2026 F1 car rendering - rear side

F1 will hardly be quicker than F2 under new 2026 rules, teams warn

Formula 1

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Formula 1 cars will be only slightly quicker than Formula 2 machines under the new rules proposed for the 2026, some teams have warned.

The FIA presented its plans for F1’s next major overhaul of its technical rules yesterday. Under its proposal the 2026 cars will be smaller than current designs and produce significantly less downforce.

F1 cars were 11 seconds quicker than F2 machines at Monaco and 12 seconds faster at Imola. But Williams team principal James Vowles warned that gap could be slashed if the new rules are introduced in their current form.

“It’s imperative that we are still the leading series in motorsport,” he said. “That’s how I see us. We’re the pinnacle of this.

“Therefore, as a result of that, we need to make sure that we’re maintaining the performance and speed we have.”

He believes the new rules will create a “mismatch” between the performance of F1 and other series. “The performance difference to an F2 car could be as small as a few seconds,” he said. “And that’s starting to get a little bit tight, especially when you compare it to the other series around the world.”

Vowles stressed the rules the FIA presented yesterday are still being worked on. “These are draft regulations. Just this week, in fact, there were two changes which took quite a bit of downforce away.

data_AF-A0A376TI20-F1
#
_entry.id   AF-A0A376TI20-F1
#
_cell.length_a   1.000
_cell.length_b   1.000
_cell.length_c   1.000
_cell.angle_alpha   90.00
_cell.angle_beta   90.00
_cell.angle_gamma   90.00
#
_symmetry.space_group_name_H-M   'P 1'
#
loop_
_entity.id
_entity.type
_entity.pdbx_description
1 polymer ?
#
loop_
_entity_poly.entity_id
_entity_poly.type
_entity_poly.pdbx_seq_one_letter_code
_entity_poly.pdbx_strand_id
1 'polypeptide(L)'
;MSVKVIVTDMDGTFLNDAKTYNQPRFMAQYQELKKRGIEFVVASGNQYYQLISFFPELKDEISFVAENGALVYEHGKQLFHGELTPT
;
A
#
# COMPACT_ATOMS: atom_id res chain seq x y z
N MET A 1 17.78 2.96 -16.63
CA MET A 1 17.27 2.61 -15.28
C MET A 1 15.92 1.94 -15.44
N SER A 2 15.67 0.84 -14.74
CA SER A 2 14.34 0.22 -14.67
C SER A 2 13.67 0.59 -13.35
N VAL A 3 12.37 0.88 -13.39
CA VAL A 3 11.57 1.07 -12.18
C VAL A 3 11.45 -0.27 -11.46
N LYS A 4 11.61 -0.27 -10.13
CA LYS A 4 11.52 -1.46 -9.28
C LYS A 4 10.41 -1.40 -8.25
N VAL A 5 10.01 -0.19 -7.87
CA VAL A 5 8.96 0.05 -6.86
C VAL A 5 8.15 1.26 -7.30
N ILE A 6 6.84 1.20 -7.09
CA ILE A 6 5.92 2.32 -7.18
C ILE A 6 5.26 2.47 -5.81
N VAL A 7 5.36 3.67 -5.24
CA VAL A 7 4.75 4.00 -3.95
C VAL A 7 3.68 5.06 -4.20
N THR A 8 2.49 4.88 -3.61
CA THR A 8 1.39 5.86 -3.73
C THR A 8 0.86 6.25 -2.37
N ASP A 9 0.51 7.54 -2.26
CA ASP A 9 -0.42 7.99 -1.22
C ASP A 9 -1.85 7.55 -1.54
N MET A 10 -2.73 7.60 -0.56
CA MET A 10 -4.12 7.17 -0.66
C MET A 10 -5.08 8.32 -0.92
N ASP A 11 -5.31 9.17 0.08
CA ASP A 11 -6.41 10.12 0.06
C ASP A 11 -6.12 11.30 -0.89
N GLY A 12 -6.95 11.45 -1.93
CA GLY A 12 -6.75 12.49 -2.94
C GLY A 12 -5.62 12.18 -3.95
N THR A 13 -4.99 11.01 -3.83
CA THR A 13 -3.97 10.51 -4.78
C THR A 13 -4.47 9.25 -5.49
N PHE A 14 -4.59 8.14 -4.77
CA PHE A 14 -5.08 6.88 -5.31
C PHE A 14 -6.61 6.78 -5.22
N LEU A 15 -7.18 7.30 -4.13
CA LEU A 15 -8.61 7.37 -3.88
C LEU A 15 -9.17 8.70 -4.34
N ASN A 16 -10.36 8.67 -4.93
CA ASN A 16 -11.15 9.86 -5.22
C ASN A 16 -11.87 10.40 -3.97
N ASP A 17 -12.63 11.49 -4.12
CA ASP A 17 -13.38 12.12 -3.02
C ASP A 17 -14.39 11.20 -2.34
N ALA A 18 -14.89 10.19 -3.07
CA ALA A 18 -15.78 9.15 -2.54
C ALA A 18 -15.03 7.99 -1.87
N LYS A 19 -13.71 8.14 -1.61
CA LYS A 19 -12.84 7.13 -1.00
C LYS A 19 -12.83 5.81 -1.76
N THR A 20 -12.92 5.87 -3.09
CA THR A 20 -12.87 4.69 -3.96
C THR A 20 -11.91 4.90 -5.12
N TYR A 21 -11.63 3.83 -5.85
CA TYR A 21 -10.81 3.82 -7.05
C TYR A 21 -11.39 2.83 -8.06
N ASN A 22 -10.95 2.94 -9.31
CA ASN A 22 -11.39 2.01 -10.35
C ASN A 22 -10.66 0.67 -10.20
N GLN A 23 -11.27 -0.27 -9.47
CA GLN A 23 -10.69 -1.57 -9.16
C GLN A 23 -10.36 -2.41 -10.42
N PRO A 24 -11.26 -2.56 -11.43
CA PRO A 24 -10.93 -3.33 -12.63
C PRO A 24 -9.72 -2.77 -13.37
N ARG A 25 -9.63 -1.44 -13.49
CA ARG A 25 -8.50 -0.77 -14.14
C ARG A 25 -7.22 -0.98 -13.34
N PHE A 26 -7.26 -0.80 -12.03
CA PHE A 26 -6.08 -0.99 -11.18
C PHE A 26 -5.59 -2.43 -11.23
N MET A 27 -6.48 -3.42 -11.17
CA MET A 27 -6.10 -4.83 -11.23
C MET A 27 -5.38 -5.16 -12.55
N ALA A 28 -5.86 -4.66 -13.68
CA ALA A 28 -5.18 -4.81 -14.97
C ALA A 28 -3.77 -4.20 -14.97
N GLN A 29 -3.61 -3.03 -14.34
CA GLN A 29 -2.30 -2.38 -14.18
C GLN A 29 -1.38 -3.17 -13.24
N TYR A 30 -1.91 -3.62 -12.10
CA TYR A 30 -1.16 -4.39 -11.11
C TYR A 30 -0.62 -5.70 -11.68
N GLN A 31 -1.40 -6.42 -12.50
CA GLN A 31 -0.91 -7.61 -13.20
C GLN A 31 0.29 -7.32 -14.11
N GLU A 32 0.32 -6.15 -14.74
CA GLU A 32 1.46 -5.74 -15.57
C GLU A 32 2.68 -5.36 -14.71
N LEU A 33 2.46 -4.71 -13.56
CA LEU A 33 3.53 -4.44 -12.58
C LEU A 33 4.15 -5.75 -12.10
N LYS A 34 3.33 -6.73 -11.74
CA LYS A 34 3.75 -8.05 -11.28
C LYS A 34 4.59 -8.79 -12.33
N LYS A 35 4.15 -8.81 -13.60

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“I’m confident we’ll get to a better solution in that regard. It’s not that we’re so far away. Just a little bit more work required, though.”

The FIA also intends to introduce adjustable aerodynamics in 2026 which will allow drivers to reduce their drag on the straights and increase their downforce in the corners. Yesterday George Russell said this will lead to very high straight-line speeds and much lower cornering speeds.

McLaren team principal Andrea Stella does not believe the current version of the rules has achieved the right balance.

“I would say that at the moment, the way cars are in the draft version of the regulations – and we need to say draft, because like we say, there’s a lot of work to do – the cars are not fast enough in the corners and too fast in the straights. So these two aspects need to be rebalanced.”

Team bosses are due to meet with FIA representatives tomorrow to discuss the rules.

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Keith Collantine
Lifelong motor sport fan Keith set up RaceFans in 2005 - when it was originally called F1 Fanatic. Having previously worked as a motoring...

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18 comments on “F1 will hardly be quicker than F2 under new 2026 rules, teams warn”

  1. Is it really an “all teams” thing? Hearing a lot of noise from the Mercedes PU teams. Not implying anything, just genuinely wondering what Ferrari, Honda, Renault think. Not to mention RBPT/Ford and Audi’s thoughts.

    Anyway I’m sure they’ll figure it out and come to some compromise as they do. There can be no doubt every team is lobbying for regulations that will play to their technology/development strengths.

  2. Formula 1 cars will be only slightly quicker than Formula 2 machines under the new rules proposed for the 2026, some teams have warned.

    Well, the solution is obvious, change the F2 rules……